Peninsula is efficient on offense, but their 14-3 record this season is primarily the result of the way they play defense. The Seahawks stifled Decatur on Tuesday night, confusing the Gators with a seemingly endless variety of defenses. The Seahawks trapped Decatur so well, the Gators were forced into two separate 10-second violations while trying to break Peninsula's press. Peninsula's defense led them to a 59-39 blowout win over Decatur. For head coach Jake Jackson, it's all part of the plan, and it starts in practice.
“Every practice, we start out with defensive shell work in the half court,” Jackson said. “We just go over our rotations, our positioning, our closeouts, ball pressure. Guys have really bought in this year. Out of the 17 games we've played, I want to say all but two have been under 50 points. We're only allowing about 47.5 points to our opponent, which is something that we take pride in.”
While the Seahawks don't put up gaudy numbers on offense, they don't need to. Their defense is tenacious and the players get after it, whether it's in man-to-man, zone (1-3-1 or 2-3, both of which were on display on Tuesday) or the eight different variations Jackson has installed of the full-court press. While their man defense is still the default, the different looks the Seahawks throw at opponents causes issues for them.
“We have so many athletic guys,” Jackson said. “They love man defense, they get it, but they like changing the tempo. They all understand the rotations and positioning. It's just more energy. I don't know how to explain it; our guys feed off it. At Bonney Lake, we just did straight-line, man-to-man defense and it was just really flat. Our guys love mixing things up.”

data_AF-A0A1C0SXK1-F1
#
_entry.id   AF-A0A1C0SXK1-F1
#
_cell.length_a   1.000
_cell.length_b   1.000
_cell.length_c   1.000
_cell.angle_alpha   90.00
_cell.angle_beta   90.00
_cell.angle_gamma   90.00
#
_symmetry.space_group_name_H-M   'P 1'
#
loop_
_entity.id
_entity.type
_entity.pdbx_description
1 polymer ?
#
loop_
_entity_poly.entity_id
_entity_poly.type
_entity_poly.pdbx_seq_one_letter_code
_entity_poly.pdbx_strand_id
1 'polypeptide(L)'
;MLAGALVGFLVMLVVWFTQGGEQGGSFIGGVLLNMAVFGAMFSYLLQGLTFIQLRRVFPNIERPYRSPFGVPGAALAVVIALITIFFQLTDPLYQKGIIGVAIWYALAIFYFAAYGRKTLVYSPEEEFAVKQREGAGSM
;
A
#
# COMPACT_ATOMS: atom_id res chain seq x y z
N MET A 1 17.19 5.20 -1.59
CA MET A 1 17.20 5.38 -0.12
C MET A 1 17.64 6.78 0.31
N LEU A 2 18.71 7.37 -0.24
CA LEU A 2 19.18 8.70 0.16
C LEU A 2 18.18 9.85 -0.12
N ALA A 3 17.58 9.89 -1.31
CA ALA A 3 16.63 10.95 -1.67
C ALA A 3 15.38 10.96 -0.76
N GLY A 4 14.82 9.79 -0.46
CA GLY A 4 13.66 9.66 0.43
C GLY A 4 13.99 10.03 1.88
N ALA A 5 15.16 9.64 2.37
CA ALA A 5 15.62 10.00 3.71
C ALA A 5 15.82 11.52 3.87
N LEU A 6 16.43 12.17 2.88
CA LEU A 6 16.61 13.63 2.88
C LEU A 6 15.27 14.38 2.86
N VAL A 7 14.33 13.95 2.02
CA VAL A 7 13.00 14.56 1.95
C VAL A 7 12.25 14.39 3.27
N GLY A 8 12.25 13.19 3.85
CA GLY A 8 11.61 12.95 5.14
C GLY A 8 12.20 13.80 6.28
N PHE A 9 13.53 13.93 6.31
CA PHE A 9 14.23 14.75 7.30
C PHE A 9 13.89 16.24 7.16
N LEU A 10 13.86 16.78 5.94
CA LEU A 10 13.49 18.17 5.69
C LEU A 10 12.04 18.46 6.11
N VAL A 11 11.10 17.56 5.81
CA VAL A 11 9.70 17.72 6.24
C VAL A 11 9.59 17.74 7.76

Sophomore JaQuori McLaughlin led the Seahawks with 21 points, and said the defense was more energized than in the previous game.
“Friday, we should've blew Bonney Lake out but our defense was not really energized and on attack, so this game we really wanted to emphasis our defense and get buckets in transition,” he said.
McLaughlin showed why he's an Oregon State University commit already, hurting Decatur from inside and out. He made it a point to get to the rim.
“I was attacking the rim more from the beginning and not settling on jumpshots,” McLaughlin said.
Jackson praised McLaughlin's desire to be a team player, even with the hype surrounding him and all his talent.
“JaQuori could probably drop 35 or 40 every night if he wanted to be selfish, but with JaQuori, he's happy when his teammates are happy, so what he does is facilitate our offense,” Jackson said. “He's playing defense on ball. He's doing so much more than what most guys with his ability would do. He's been very monumental to our game on both ends of the court.”
Sophomore center Jimmy Ritchie was the No. 2 man for the Seahawks, as he has been most of the year. The 6-foot-7 center dominated down low, scoring 13 points for Peninsula.
“With Jimmy, he gets it,” Jackson said. “We probably get the ball to Jimmy about 12 to 15 times a game, some games we don't. Jimmy is just so dominant down low. We try to do the inside-out game, but overall it's just a team effort. All 10 guys played great minutes, and they're really starting to buy in.”
Sports reporter Jon Manley can be reached at 253-358-4151 or by email at firstname.lastname@example.org. Follow him on Twitter, @gateway_jon.